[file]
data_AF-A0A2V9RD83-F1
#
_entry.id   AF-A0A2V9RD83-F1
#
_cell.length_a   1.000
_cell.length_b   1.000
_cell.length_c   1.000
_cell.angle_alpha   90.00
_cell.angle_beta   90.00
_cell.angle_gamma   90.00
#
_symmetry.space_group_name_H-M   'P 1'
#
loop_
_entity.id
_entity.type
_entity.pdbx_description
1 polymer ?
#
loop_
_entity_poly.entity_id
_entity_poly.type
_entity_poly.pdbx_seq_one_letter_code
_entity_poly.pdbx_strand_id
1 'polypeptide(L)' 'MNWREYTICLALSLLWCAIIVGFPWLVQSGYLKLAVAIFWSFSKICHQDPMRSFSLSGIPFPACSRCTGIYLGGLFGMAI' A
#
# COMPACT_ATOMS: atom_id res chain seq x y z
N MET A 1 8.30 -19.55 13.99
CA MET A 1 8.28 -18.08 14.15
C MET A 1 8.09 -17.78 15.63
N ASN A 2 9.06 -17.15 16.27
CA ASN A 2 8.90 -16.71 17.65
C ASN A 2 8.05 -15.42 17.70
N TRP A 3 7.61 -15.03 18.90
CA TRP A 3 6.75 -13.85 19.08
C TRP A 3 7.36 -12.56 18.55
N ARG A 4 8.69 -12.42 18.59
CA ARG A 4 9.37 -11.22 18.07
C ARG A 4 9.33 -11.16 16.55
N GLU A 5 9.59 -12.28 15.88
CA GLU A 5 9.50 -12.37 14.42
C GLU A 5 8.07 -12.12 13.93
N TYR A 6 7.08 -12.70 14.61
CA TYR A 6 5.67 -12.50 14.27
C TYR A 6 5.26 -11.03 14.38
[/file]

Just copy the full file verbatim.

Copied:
data_AF-A0A2V9RD83-F1
#
_entry.id   AF-A0A2V9RD83-F1
#
_cell.length_a   1.000
_cell.length_b   1.000
_cell.length_c   1.000
_cell.angle_alpha   90.00
_cell.angle_beta   90.00
_cell.angle_gamma   90.00
#
_symmetry.space_group_name_H-M   'P 1'
#
loop_
_entity.id
_entity.type
_entity.pdbx_description
1 polymer ?
#
loop_
_entity_poly.entity_id
_entity_poly.type
_entity_poly.pdbx_seq_one_letter_code
_entity_poly.pdbx_strand_id
1 'polypeptide(L)' 'MNWREYTICLALSLLWCAIIVGFPWLVQSGYLKLAVAIFWSFSKICHQDPMRSFSLSGIPFPACSRCTGIYLGGLFGMAI' A
#
# COMPACT_ATOMS: atom_id res chain seq x y z
N MET A 1 8.30 -19.55 13.99
CA MET A 1 8.28 -18.08 14.15
C MET A 1 8.09 -17.78 15.63
N ASN A 2 9.06 -17.15 16.27
CA ASN A 2 8.90 -16.71 17.65
C ASN A 2 8.05 -15.42 17.70
N TRP A 3 7.61 -15.03 18.90
CA TRP A 3 6.75 -13.85 19.08
C TRP A 3 7.36 -12.56 18.55
N ARG A 4 8.69 -12.42 18.59
CA ARG A 4 9.37 -11.22 18.07
C ARG A 4 9.33 -11.16 16.55
N GLU A 5 9.59 -12.28 15.88
CA GLU A 5 9.50 -12.37 14.42
C GLU A 5 8.07 -12.12 13.93
N TYR A 6 7.08 -12.70 14.61
CA TYR A 6 5.67 -12.50 14.27
C TYR A 6 5.26 -11.03 14.38